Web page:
BMW 335d Fall Foliage Drive

By Jonathan Spira on 26 September 2010
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New England is famous for its autumnal foliage and the start of the fall season on September 22 was the perfect time for a diesel-powered drive in the region, and the BMW 335d continues to be the perfect car for all seasons.

Our destination: Litchfield County, Connecticut, home of the Blackberry River Inn and Lime Rock Park. Litchfield County was established in 1751 and borders New York State (Columbia and Dutchess counties) and Massachusetts (Berkshire and Hampden counties).

We left Bayside, New York on the last day of summer.  The start of autumn marks the transition to winter in North America but the warm temperature (85°F or 29°C) made winter the last thing on my mind.  As I pointed the BMW 335d towards the mainland, I opened the sunroof and enjoyed the bountiful sunshine.

The autumnal equinox marks the arrival of shorter days and I did notice that the sun seemed to set far earlier my first night in Connecticut.  The equinox occurred at 03:09 Coordinated Universal Time  (11:09 p.m. EDT) and it was followed six hours later by a full moon. The last time a harvest moon had accompanied the fall equinox was in 1991 and the next will not occur until 2029.

The first leg of the journey was in built-up areas so there wasn’t much foliage of any kind to see until getting onto Interstate 684.  The green trees that surround the more northerly Interstates were already starting to turn shades of red, brown, yellow, tan, and crimson.  As the days grow shorter and nights grow longer and cooler, biochemical processes in a tree’s leaves cause changes which result in the vivid palate we associate with fall.

THE DRIVE

Starting in Bayside, New York, the 204-kilometer (127-mile) drive took us across the Throgs Neck Bridge and along seven different highways in New York and Connecticut.  As always, we had to be aware of the 425-pound feet of torque under the hood so as not to attract the attention of the local constabulary.  Passing slower traffic, of course, happened in a split second.

The 549 m (1800 foot) Throgs Neck Bridge, which opened in 1961, is a suspension bridge and part of Interstate 295.  It is located where the East River meets the Long Island Sound, connecting the Throgs Neck section of the Bronx with the Bayside section of New York.  It is the newest of the seven New York City bridges that span the East River. The bridge’s daily traffic is ca. 111,000 vehicles.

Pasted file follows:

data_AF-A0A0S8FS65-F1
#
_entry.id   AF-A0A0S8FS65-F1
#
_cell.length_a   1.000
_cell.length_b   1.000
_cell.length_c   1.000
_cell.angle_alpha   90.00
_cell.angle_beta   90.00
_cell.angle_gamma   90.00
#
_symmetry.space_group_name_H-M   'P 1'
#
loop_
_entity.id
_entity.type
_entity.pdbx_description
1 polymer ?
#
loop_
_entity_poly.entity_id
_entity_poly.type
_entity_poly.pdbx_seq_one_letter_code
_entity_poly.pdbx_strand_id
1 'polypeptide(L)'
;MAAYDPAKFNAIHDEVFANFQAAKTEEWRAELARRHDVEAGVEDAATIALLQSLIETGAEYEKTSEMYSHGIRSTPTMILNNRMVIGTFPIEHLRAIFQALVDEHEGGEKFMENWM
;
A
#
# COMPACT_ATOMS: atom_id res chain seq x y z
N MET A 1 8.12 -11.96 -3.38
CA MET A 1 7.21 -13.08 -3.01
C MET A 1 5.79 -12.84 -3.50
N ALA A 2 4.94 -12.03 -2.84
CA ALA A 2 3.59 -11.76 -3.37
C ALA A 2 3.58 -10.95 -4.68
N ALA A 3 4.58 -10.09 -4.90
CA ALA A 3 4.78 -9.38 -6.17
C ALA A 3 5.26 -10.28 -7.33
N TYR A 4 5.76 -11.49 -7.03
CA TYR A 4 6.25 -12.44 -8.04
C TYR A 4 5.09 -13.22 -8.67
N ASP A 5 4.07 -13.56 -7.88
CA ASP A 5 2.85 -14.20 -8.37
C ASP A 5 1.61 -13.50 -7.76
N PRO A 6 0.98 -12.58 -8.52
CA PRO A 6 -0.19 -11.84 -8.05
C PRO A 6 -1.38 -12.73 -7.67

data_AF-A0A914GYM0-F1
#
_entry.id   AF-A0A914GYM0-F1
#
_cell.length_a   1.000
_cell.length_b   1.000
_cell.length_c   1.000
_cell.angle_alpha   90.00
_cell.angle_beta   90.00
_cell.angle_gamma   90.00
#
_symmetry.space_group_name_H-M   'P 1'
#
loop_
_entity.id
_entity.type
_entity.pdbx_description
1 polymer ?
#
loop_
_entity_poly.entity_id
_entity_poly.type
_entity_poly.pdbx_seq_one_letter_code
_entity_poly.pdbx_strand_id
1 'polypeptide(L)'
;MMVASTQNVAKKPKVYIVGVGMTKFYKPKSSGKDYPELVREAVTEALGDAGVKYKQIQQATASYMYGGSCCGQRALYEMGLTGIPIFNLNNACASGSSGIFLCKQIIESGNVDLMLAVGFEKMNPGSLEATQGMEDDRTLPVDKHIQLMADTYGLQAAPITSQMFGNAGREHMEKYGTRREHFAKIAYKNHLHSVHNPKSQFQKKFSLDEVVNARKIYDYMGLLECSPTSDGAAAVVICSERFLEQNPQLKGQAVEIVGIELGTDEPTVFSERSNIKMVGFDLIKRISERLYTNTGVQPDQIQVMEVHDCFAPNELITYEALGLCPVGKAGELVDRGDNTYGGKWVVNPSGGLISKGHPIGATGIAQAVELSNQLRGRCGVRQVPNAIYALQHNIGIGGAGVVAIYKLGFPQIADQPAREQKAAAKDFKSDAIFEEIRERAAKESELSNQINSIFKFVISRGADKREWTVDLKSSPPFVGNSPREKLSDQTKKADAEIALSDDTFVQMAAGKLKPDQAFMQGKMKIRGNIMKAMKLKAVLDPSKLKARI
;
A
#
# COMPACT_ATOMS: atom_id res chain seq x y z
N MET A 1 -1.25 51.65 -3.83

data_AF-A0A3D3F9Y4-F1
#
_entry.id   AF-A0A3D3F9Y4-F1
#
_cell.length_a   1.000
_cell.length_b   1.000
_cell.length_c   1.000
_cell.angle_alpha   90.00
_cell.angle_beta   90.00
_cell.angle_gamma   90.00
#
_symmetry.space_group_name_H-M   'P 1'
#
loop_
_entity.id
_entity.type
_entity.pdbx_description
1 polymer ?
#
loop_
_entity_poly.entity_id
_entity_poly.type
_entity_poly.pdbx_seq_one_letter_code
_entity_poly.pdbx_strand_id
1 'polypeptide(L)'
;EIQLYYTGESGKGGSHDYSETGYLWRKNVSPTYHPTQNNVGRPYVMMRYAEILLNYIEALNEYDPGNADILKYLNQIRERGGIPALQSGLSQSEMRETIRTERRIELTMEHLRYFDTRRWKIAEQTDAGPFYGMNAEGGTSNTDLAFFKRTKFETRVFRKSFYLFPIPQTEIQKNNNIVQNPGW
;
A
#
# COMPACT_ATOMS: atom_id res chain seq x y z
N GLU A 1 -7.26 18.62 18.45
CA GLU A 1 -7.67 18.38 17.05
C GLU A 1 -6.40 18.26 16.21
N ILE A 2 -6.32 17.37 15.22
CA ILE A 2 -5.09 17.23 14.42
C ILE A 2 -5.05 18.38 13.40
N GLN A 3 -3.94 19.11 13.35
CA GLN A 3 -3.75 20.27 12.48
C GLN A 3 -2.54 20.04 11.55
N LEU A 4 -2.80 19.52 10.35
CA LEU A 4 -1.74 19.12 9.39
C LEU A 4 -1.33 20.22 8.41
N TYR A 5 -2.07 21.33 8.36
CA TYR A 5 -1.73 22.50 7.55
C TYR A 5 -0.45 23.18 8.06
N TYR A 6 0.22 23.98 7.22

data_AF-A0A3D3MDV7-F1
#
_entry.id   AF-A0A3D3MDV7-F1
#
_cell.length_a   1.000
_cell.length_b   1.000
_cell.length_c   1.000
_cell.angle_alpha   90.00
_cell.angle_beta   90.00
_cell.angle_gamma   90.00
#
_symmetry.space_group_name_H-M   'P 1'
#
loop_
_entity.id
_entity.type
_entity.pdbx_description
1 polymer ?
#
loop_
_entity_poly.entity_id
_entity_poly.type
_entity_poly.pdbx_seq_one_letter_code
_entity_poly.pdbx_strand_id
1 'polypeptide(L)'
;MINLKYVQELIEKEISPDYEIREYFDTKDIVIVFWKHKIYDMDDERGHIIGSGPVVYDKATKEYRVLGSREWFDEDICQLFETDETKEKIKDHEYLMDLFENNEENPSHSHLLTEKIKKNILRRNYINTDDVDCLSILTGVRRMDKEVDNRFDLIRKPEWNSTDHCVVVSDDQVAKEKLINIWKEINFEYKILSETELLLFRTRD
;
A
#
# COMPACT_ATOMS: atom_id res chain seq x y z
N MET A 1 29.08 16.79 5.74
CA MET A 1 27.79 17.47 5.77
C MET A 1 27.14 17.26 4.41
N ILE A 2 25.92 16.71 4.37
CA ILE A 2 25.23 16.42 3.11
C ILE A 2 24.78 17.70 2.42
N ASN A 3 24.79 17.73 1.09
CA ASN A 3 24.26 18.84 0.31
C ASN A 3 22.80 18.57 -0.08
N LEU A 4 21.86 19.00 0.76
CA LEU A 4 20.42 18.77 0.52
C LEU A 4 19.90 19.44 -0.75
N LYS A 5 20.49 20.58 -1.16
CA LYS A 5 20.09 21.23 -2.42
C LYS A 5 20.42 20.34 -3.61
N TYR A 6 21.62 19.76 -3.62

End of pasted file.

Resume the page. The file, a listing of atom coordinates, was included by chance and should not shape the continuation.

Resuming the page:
Exiting the bridge, we continued on I-695.  Interstate 695 in New York connects Interstate 95 with Interstate 295 and the Throgs Neck Bridge. It was originally supposed to be part of Interstate 78, a highway that was to connect major parts of New York City.   When that project was cancelled in 1971, it was designated Spur Interstate 295. This was changed in 1986 to the current name.

Interstate 95 is the main highway on the East Coast of the United States, running in parallel to the Atlantic Ocean from Maine to Florida. At 3098 km (1925 miles) it is the longest north-south Interstate highway in the U.S.

The New England Thruway in New York, a part of I-95,  starts at the terminus of I-695 at the Pelham Parkway interchange in the Bronx and continues to the Connecticut state line where it becomes the Connecticut Turnpike, although we exited near Rye, N.Y.  to continue briefly on Interstate 287, the Cross Westchester Expressway, to get to Interstate 684.

Interstate 684 is a 45.7 km (28.4mile) long highway that was built to connect I-287 with Interstate 84.   We took I-684 from White Plains and then continued on I-84 near Brewster. Interstate 84 runs from Scranton, Pennsylvania to Sturbridge, Massachusetts.  Our route on I-84 took us from Brewster, N.Y. across the Connecticut state line near Danbury, heading towards Waterbury.  Once there, we headed due north on Connecticut Route 8, a four-lane highway we joined via the “Mixmaster” interchange.

Near Winsted, with just 21 km (13 miles) remaining, we turned onto U.S. 44, a two-lane highway in Litchfield County that would bring us directly to our destination, the elegant Blackberry River Inn in Norfolk, Connecticut.

The drive, with no stops, took two hours and nine minutes and covered 204 kilometers (127 miles).  The BMW 335d used 6.4 l/100 km (36.8 mpg) and our average speed was 99.3 km/h (62 mph).

For the return drive, we continued on Connecticut Route 8 all the way down to Bridgeport where we joined I-95 towards the Throgs Neck Bridge.  The two-hour one-minute 194 km (121 mile) drive, with an average speed of 100.7 km/h (63 mph), only used 6.3 l/100 km (37.3 mpg).  In total, the trip consumed 25.27 liters (6.68 gallons) of diesel.  Diesel fuel in Connecticut only cost $2.99 per gallon (compared to prices in New York which ranged from $3.11 to $3.35), so the total cost for fuel turned out to be under $20.